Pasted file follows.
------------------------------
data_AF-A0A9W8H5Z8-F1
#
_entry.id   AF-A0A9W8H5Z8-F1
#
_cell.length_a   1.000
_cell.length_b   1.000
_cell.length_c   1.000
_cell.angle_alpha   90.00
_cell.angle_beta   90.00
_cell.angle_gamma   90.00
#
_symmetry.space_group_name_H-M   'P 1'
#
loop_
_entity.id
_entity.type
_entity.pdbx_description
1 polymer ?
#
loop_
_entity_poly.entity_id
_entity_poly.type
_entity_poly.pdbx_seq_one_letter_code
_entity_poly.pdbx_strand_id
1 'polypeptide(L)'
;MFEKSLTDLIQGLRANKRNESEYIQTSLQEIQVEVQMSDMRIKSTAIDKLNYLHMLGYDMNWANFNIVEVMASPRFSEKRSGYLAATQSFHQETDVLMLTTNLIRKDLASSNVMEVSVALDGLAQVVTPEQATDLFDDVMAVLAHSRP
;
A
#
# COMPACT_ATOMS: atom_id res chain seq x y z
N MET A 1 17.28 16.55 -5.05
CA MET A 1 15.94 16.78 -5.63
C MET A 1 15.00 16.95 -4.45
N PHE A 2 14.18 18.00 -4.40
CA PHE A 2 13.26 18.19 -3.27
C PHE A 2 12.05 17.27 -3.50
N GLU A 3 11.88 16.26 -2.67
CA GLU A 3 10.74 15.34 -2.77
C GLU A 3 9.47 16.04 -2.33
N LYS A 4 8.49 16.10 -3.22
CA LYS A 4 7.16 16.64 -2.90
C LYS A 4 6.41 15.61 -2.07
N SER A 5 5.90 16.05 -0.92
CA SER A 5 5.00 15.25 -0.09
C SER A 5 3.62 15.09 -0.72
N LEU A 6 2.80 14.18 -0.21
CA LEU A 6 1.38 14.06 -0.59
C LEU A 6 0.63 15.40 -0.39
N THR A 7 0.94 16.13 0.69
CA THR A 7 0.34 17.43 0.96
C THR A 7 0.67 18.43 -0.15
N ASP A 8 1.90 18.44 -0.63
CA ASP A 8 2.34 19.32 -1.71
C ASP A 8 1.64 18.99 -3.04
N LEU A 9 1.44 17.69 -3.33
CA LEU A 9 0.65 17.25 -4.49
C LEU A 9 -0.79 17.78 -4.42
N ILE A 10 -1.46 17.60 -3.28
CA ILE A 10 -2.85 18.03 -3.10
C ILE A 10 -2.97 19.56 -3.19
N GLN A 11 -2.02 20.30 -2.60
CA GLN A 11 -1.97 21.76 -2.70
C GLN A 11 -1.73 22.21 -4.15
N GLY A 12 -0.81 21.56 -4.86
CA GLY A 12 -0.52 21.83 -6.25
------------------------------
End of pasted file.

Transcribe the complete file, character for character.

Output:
data_AF-A0A9W8H5Z8-F1
#
_entry.id   AF-A0A9W8H5Z8-F1
#
_cell.length_a   1.000
_cell.length_b   1.000
_cell.length_c   1.000
_cell.angle_alpha   90.00
_cell.angle_beta   90.00
_cell.angle_gamma   90.00
#
_symmetry.space_group_name_H-M   'P 1'
#
loop_
_entity.id
_entity.type
_entity.pdbx_description
1 polymer ?
#
loop_
_entity_poly.entity_id
_entity_poly.type
_entity_poly.pdbx_seq_one_letter_code
_entity_poly.pdbx_strand_id
1 'polypeptide(L)'
;MFEKSLTDLIQGLRANKRNESEYIQTSLQEIQVEVQMSDMRIKSTAIDKLNYLHMLGYDMNWANFNIVEVMASPRFSEKRSGYLAATQSFHQETDVLMLTTNLIRKDLASSNVMEVSVALDGLAQVVTPEQATDLFDDVMAVLAHSRP
;
A
#
# COMPACT_ATOMS: atom_id res chain seq x y z
N MET A 1 17.28 16.55 -5.05
CA MET A 1 15.94 16.78 -5.63
C MET A 1 15.00 16.95 -4.45
N PHE A 2 14.18 18.00 -4.40
CA PHE A 2 13.26 18.19 -3.27
C PHE A 2 12.05 17.27 -3.50
N GLU A 3 11.88 16.26 -2.67
CA GLU A 3 10.74 15.34 -2.77
C GLU A 3 9.47 16.04 -2.33
N LYS A 4 8.49 16.10 -3.22
CA LYS A 4 7.16 16.64 -2.90
C LYS A 4 6.41 15.61 -2.07
N SER A 5 5.90 16.05 -0.92
CA SER A 5 5.00 15.25 -0.09
C SER A 5 3.62 15.09 -0.72
N LEU A 6 2.80 14.18 -0.21
CA LEU A 6 1.38 14.06 -0.59
C LEU A 6 0.63 15.40 -0.39
N THR A 7 0.94 16.13 0.69
CA THR A 7 0.34 17.43 0.96
C THR A 7 0.67 18.43 -0.15
N ASP A 8 1.90 18.44 -0.63
CA ASP A 8 2.34 19.32 -1.71
C ASP A 8 1.64 18.99 -3.04
N LEU A 9 1.44 17.69 -3.33
CA LEU A 9 0.65 17.25 -4.49
C LEU A 9 -0.79 17.78 -4.42
N ILE A 10 -1.46 17.60 -3.28
CA ILE A 10 -2.85 18.03 -3.10
C ILE A 10 -2.97 19.56 -3.19
N GLN A 11 -2.02 20.30 -2.60
CA GLN A 11 -1.97 21.76 -2.70
C GLN A 11 -1.73 22.21 -4.15
N GLY A 12 -0.81 21.56 -4.86
CA GLY A 12 -0.52 21.83 -6.25